Long before the sun began to rise, I found myself sitting on the peak of a trail overlooking the city of Spring Hill. To my left are the shimmering lights of the city below, barely stirring. To my right is an array of unspoiled majestic rolling hills, iconic to the state of Tennessee. My intention this morning was to deliver a freshly brewed Thermos of coffee to my friends on the graveyard shift of a 12-hour prayer ministry our church was hosting. But life doesn’t always happen as you expect.
I had it all planned out perfectly. Last night I played percussion at the kickoff of this prayer time until late at night. I came home and laid out an arsenal of cold weather running gear necessary for temperatures in the low 20’s, added fresh grounds to the coffee machine, and placed my running backpack next to the Thermos. All so I wouldn’t have to utilize my groggy brain in the wee hours of the morning.
This prayer session was intended to extend from 6pm until 6am. As I approached the church around 5:20am, I found the lights off and doors locked. (I sincerely hope I’m not ratting out somebody for leaving early!) So with a freshly brewed container of hot coffee on my back, and snow falling on my face, I decided to run to this nearby trail to enjoy the hot beverage while finishing out the prayer cycle in a quite time by myself.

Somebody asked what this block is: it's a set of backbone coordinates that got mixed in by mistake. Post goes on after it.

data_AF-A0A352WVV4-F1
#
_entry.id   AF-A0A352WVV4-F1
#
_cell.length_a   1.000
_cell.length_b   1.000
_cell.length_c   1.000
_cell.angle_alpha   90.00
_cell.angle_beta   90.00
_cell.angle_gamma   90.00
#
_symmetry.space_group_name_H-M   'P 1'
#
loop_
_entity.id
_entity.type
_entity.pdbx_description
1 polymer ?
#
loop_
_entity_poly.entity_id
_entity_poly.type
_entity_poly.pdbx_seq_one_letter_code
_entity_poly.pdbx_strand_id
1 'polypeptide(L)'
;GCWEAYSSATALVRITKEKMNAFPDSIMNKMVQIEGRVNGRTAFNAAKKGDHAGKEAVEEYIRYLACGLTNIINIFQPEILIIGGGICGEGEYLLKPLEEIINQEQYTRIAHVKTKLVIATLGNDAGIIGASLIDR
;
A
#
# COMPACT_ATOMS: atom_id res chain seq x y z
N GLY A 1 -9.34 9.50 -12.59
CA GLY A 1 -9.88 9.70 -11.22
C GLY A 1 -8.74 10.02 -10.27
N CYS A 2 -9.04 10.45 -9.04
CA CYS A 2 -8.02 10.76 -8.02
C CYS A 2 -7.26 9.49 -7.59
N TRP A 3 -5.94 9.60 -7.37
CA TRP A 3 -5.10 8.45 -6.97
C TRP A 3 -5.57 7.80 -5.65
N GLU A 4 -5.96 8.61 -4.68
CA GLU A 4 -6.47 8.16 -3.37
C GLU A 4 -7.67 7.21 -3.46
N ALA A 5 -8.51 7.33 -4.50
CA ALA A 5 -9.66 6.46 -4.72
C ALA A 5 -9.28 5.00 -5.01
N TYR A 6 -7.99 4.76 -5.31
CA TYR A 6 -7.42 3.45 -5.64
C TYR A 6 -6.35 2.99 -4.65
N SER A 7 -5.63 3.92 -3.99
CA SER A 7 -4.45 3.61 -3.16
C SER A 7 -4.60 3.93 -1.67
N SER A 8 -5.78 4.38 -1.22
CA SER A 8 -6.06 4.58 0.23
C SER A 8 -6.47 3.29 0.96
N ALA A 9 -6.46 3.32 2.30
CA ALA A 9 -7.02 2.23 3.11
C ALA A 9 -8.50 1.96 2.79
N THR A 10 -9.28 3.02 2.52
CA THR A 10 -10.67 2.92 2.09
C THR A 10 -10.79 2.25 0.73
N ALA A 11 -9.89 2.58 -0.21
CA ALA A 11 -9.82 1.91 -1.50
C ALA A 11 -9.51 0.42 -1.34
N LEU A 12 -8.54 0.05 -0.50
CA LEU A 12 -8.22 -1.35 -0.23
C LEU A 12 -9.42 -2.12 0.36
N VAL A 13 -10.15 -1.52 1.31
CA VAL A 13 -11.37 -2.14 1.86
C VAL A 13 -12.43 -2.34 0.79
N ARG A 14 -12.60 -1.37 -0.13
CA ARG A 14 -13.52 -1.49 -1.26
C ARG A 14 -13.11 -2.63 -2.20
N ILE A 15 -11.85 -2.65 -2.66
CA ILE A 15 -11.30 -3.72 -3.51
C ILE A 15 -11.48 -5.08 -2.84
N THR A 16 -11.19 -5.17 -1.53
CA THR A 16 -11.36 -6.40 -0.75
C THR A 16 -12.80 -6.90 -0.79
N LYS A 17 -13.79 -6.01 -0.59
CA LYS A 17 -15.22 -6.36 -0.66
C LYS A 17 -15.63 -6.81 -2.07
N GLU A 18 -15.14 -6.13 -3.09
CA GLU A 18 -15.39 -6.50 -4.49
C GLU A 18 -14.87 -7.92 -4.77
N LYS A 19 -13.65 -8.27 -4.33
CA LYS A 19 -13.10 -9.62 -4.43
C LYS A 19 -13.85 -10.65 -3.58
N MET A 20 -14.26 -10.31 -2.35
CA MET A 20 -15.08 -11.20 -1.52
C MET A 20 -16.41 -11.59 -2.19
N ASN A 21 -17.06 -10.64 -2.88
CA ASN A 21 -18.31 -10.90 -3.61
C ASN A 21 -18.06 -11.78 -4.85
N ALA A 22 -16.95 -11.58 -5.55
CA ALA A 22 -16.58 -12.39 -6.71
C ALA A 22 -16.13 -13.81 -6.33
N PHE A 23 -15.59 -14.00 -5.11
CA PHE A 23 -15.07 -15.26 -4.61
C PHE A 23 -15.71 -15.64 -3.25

I would like to say that I devoted the entire time with focused energy praying over our city and region. But the truth is that I was quite distracted by Jon Acuff in my earbuds telling me that I was an absolute idiot for quitting my job a few weeks earlier.
The night before any long run I always queue up a music playlist or audiobook to enjoy (or to simply help me wake up) as I get moving. For whatever reason last night, Jon’s book Quitter came to mind. I consider his brother a dear friend and I’ve known about the book for a few years, but never bothered to pick up a copy. So before I put my head down to sleep, I began downloading the audiobook for my run commencing in a few hours.
The first chapter of the book is titled “Don’t Quit Your Day Job”. Mixed with several amusing stories of the terrible positions Jon held, the chapter outlines practical reasons why you should focus on building your life’s dream while remaining at your current job in order to satisfy the many required obligations of life. All the while, developing a plan and working iteratively towards making a transition. I can’t say I disagree with anything I've heard so far, and look forward to finishing the rest of the book.
The world and all reason and logic tells me I shouldn’t have quit my job. They’re right. The timing doesn’t make any sense. The strategic planner in my head is screaming “What are you doing? Are you crazy? You know this isn’t the right time! You don’t have all of the next steps lined up yet. Who would want to work with someone who ‘hears from God’, telling them to quit their job?"
What I'm struggling with through all of this is:
- I do have a dream and a vision for both a business and a life that would take a long time to build.
- There is not a clear path to deriving any substantial income from this vision in the short-term.
- The Lord clearly told me to leave my current job. Immediately. As difficult as this was for me, I trusted Him and was obedient.